O Wonder! How many goodly creatures are there here! —Shakespeare
The Cambrian Explosion was not a violent volcanic eruption, but rather the sudden appearance in the fossil record of abundant and diverse shelly fossils, the remains of relatively large animal life. Even Charles Darwin recognized it, and saw it as an important objection to his theory of evolution by natural selection.
Like most geologic events the Cambrian explosion wasn’t instantaneous, but it did occur over a geologically short time, around 542 to 530 million years ago, right at the start of the Cambrian period of the Paleozoic Era.
Today’s podcast is a discussion between me and geologist Dr. Colleen Elliot. Neither of us is an expert on paleontology, so this will be something of an exploration for all of us.
Here are some definitions of terms non-geologists may be unfamiliar with in the discussion. Phanerozoic is the name of the eon, the largest subdivision of geologic time, that starts with the Cambrian period of the Paleozoic era. We talked about that a bit the other day. And the Great Unconformity is a break in the rock record that is nearly global in extent, a time before the first rocks of the Cambrian were deposited. It represents a time of near-global erosion of the older Precambrian rocks, and it means that the continents were standing above sea level so that they could be eroded.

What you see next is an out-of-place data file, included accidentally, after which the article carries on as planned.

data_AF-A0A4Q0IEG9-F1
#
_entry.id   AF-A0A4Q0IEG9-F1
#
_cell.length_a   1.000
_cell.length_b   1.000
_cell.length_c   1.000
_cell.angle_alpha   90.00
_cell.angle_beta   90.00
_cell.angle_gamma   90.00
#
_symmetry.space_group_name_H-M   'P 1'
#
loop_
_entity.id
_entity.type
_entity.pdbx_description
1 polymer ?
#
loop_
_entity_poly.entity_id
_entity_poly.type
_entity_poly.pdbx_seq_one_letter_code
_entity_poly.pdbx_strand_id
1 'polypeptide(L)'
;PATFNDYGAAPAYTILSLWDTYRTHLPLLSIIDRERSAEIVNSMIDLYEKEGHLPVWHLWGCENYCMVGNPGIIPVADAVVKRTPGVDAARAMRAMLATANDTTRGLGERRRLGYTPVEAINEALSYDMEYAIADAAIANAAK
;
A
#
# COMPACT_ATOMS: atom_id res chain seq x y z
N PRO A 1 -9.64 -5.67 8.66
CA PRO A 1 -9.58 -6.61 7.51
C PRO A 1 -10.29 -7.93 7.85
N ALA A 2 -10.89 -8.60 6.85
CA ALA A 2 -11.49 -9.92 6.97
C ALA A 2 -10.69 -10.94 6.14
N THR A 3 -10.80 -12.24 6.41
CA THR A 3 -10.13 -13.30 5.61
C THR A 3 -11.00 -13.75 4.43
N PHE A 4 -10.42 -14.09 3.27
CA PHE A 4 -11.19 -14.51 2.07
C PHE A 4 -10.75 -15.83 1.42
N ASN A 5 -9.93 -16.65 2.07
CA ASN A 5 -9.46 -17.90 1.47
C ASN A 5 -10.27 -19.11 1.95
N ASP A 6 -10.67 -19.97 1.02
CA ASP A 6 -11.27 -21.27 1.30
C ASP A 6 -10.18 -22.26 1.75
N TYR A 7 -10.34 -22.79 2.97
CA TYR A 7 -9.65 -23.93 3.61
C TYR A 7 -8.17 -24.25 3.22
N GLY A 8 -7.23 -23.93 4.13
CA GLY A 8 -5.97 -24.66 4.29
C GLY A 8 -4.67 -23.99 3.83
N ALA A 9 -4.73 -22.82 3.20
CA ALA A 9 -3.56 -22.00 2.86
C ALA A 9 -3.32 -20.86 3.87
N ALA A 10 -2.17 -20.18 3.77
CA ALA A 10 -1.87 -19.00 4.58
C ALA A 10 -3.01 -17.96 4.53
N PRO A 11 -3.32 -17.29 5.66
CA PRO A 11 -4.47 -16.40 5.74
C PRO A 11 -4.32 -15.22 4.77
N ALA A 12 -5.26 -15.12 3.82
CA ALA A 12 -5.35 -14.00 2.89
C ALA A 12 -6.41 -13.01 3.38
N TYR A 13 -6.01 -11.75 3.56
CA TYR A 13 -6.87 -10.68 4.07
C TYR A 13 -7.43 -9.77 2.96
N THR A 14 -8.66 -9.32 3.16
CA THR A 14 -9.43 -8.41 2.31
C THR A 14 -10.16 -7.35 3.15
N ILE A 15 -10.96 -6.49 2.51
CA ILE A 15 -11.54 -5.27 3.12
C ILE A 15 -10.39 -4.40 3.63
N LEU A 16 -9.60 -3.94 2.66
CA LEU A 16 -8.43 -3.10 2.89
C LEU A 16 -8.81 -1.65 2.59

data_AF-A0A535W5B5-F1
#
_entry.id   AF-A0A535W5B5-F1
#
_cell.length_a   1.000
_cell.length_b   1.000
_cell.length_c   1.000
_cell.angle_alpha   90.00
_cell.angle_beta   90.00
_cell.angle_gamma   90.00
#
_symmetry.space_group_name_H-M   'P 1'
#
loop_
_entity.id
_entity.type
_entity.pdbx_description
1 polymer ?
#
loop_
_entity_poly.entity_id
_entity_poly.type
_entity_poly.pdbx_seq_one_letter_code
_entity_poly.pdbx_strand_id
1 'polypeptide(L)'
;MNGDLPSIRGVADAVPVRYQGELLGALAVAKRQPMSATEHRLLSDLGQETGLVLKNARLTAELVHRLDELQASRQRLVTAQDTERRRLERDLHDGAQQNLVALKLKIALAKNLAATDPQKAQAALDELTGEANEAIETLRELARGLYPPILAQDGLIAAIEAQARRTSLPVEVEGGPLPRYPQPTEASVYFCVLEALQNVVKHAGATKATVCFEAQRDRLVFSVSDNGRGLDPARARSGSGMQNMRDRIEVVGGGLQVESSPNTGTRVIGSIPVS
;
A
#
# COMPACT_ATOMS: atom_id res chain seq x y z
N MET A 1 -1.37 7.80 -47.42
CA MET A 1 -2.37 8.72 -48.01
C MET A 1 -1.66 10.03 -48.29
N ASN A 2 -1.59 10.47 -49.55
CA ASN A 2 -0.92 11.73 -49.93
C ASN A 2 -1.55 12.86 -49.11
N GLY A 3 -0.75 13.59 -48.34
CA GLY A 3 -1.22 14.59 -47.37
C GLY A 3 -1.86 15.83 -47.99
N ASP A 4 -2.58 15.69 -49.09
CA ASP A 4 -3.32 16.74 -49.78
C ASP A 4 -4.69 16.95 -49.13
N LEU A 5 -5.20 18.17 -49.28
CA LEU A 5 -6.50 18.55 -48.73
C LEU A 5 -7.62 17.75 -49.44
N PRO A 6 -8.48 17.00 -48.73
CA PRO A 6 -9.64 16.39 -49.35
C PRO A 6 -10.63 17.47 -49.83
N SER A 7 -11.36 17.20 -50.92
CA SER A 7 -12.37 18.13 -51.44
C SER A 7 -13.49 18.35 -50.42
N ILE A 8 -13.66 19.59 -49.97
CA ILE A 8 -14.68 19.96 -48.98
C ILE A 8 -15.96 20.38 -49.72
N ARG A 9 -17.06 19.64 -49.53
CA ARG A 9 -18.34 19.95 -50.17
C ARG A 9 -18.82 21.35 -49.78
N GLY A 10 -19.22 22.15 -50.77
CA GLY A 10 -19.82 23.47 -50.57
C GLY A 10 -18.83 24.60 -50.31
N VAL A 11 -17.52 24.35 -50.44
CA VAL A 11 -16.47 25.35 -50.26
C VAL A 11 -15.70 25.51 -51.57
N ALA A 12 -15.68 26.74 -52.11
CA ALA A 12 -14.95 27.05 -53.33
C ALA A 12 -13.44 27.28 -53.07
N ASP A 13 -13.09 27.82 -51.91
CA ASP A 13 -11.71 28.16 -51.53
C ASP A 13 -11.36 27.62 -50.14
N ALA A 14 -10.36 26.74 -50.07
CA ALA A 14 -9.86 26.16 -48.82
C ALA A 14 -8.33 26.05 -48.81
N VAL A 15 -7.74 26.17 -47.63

—Richard I. Gibson
Links for further reading:
McKenzie et al. on climate and evolution (January 2014)
Smith and Harper on summarizing Cambrian explosion causes (Sept. 2013)